Back in 1999, an exciting new young writer stormed up the American bestseller lists with his memoir, A Heartbreaking Work of Staggering Genius. Dave Eggers quickly became established as a cult literary figure, with all the attendant characteristics - quirkiness, a desire for solitude and, naturally, a marked reluctance to give interviews. His first foray into fiction recounts the adventures of two young American boys who decide to travel round the world in a week, giving away large sums of money on the way. Part road story, part philosophical analysis of the minefield that is charitable giving, the result is highly original and moves at an almost manic pace as Will and Hand frantically try to achieve their ambition of traversing the globe in a week. The catalyst for all this frenetic energy is the death of their childhood friend, Jack, in a car accident. Will has also come into a vast sum of money from modelling for a light-bulb company, and overcome by grief and guilt at Jack's death, he resolves to give all his effortlessly earned income away to the needy. Will and Hand abandon their early attempts at an itinerary as time and again they are frustrated by aeroplane timetables and visa requirements, eventually beginning their madcap tour in Senegal before moving on to Morocco and Estonia. Are the two boys embarking on this mission of mercy to salve their own consciences? Will spends much of the book inside his own head, reliving the horrors of Jack's death and his own subsequent beating at the hands of a gang of thugs as well as wrestling with the problem of how to decide who should receive his money. The arbitrariness of his choices seems to depend on the personality of the recipient - there are fistfuls of cash for Denis who supports the Chicago Bulls but nothing for his obnoxious brother Pierre. Hand lives up to his name as he turns out to be the practical one of the pair, more in tune with his physical needs for sleep, food, warmth and sex, and more pragmatic about the way they are going to actually hand over their largesse, whether by taping it to a Senegalese donkey, handing it to prostitutes or burying it in an Estonian forest. But in the end it is up to the reader to take what he wants from Eggers's multi-layered novel. Is it ultimately about Eggers himself and the way he has dealt with his unexpected celebrity, or is it simply the tale of two confused, unhappy youngsters trying to do good in a world where being charitable is not as easy as at first appears? (Kirkus UK)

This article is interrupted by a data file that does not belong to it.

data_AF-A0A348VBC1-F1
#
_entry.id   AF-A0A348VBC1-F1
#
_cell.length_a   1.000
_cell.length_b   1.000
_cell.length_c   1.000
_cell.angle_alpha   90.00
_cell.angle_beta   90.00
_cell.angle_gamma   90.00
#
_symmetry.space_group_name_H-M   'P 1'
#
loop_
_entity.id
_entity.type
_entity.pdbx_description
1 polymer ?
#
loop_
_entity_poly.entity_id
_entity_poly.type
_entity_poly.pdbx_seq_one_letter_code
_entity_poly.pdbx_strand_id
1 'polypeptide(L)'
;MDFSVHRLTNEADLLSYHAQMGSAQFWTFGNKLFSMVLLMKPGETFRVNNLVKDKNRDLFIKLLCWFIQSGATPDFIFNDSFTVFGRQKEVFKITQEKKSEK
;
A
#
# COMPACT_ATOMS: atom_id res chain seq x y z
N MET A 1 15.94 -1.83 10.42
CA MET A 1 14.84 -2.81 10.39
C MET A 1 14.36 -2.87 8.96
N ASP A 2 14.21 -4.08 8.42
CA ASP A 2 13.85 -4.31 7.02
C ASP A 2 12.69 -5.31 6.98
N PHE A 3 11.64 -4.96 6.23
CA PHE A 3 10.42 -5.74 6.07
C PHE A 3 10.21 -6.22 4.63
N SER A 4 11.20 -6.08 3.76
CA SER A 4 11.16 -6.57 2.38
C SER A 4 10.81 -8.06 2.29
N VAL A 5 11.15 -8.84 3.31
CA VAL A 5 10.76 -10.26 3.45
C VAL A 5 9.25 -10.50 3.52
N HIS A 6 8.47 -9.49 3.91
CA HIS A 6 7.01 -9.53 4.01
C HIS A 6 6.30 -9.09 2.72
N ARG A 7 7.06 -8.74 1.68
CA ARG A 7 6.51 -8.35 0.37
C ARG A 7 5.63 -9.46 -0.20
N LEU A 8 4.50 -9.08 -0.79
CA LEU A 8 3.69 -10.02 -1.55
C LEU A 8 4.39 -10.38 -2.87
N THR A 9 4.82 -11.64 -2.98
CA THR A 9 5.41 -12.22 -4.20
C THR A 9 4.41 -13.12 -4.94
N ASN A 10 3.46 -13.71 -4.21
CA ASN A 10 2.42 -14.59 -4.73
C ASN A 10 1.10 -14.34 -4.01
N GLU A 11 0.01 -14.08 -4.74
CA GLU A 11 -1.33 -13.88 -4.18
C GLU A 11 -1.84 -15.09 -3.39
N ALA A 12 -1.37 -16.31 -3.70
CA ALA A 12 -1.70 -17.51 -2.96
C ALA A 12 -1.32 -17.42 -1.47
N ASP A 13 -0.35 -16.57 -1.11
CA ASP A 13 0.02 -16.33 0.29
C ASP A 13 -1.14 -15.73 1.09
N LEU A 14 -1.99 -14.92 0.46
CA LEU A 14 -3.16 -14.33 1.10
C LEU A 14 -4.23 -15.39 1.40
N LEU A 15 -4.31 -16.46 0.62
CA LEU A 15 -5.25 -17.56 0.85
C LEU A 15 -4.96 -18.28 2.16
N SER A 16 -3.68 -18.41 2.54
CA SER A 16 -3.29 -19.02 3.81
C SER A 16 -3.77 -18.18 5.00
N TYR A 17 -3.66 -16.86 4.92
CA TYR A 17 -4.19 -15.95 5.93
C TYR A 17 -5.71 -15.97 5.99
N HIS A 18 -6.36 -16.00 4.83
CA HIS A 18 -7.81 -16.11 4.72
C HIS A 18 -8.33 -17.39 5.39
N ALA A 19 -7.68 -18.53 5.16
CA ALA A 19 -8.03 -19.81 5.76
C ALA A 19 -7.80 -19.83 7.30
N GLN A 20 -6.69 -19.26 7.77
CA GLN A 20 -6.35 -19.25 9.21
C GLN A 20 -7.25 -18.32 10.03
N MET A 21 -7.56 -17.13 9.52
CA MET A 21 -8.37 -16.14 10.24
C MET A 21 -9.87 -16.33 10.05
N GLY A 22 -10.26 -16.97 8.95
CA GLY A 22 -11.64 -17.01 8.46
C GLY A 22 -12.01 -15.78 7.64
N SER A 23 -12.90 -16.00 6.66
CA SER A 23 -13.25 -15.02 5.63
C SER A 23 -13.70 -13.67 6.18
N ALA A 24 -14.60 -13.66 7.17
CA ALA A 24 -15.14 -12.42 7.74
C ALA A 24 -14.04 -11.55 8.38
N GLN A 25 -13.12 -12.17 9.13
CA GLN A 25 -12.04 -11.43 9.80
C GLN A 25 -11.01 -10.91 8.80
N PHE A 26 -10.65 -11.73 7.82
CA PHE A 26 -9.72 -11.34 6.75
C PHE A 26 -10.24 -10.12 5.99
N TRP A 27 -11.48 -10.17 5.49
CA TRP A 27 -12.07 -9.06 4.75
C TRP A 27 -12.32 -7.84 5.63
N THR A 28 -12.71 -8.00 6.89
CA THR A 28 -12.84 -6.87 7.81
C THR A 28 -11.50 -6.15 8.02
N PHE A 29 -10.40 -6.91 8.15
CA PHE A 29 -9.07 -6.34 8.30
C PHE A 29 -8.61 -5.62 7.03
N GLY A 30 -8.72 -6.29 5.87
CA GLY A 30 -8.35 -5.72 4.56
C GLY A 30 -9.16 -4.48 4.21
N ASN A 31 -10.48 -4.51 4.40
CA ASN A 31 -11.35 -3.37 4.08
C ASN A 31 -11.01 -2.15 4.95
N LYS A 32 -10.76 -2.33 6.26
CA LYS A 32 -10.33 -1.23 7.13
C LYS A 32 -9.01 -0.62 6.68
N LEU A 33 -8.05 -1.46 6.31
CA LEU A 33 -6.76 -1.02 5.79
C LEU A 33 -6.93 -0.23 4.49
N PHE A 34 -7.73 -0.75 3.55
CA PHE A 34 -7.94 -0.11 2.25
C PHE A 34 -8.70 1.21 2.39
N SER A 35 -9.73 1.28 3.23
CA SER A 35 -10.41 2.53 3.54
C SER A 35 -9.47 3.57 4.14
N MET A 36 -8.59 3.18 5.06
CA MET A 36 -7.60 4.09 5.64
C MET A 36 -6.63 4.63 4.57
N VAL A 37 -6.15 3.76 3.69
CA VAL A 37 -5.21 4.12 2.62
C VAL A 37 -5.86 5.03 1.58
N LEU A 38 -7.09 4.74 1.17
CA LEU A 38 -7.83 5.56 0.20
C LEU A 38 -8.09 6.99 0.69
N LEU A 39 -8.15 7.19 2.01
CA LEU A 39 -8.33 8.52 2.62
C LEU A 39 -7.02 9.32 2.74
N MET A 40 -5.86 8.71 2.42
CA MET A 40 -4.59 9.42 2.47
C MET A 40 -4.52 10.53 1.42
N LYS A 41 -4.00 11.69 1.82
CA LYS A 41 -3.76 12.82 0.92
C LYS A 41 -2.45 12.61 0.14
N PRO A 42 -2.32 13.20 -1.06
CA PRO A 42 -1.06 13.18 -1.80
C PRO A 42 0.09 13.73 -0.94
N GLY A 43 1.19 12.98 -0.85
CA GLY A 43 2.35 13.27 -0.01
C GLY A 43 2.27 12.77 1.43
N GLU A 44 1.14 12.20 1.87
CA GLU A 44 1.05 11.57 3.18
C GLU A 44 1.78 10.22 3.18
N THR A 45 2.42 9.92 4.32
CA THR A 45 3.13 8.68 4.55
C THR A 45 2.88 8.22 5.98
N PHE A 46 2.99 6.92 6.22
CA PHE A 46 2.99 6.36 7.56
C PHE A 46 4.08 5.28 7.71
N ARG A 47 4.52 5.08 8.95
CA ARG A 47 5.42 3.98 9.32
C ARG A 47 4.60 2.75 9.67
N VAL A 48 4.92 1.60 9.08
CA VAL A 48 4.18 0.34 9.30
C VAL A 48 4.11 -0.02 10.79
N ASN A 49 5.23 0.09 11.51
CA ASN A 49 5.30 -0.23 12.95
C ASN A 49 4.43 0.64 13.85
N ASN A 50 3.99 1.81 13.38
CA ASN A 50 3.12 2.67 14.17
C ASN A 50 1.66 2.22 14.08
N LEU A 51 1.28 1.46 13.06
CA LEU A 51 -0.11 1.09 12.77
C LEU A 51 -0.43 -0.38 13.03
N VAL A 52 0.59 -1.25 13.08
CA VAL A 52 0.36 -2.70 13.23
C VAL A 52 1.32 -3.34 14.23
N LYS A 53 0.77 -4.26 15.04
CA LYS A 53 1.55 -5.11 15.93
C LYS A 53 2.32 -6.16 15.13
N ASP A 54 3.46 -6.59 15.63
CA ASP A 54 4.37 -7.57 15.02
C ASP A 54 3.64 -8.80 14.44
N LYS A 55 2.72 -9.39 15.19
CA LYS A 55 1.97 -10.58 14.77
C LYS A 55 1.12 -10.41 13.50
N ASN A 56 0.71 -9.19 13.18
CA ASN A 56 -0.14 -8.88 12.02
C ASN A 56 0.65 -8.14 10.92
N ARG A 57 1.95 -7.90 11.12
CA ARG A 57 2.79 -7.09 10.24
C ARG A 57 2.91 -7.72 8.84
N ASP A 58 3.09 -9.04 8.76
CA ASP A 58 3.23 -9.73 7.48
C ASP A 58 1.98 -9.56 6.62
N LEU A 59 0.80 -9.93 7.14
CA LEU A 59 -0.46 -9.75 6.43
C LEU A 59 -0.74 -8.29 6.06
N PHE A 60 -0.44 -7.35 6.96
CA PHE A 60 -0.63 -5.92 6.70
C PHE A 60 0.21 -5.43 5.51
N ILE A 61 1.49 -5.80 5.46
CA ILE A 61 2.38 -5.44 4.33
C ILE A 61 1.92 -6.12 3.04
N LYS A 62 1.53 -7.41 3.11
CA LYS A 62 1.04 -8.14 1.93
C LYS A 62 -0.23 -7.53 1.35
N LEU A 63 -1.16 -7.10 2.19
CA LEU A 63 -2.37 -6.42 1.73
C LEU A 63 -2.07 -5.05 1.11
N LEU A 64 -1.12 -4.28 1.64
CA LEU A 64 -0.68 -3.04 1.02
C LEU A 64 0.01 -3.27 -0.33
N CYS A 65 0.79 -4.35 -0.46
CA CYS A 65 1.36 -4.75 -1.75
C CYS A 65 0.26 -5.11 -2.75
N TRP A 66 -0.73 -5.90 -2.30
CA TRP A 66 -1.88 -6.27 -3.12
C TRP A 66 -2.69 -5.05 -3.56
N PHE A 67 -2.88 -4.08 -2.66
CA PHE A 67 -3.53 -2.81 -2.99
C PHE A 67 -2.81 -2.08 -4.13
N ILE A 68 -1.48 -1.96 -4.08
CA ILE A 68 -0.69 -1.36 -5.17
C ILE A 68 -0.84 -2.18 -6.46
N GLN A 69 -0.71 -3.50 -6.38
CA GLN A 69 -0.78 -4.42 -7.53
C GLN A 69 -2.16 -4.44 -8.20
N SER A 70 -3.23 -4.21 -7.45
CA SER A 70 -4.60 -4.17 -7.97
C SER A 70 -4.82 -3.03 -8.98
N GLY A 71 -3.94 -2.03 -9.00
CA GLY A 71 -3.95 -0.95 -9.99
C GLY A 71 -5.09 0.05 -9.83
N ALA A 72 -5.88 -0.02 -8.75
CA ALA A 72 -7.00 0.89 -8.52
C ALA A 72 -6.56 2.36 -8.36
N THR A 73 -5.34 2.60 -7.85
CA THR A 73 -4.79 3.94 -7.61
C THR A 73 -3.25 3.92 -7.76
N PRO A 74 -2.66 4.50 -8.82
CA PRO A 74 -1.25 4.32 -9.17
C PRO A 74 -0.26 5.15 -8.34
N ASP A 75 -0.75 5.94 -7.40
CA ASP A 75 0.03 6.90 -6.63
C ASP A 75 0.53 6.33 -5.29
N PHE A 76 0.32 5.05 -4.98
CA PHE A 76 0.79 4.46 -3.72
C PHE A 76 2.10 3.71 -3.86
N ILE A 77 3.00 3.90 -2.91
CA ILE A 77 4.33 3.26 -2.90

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About Dave Eggers

Dave Eggers was born in Boston in 1970. He is the author of A Heartbreaking Work of Staggering Genius, You Shall Know Our Velocity, The Unforbidden is Compulsory, How We Are Hungry, Short Short Stories, Teachers Have It Easy, Surviving Justice, What is the What, How the Water Feels to the Fishes, The Wild Things, Zeitoun, A Hologram for the King, The Circle and Your Fathers, Where Are They? And The Prophets, Do They Live Forever? A Hologram for the King and The Circle are both currently in production for major film adaptations. Dave Eggers is the founder of McSweeney's independent publishing house, the 826 National network, and the nonprofit organisation ScholarMatch. He lives in Northern California with his family and his next novel is forthcoming in 2016.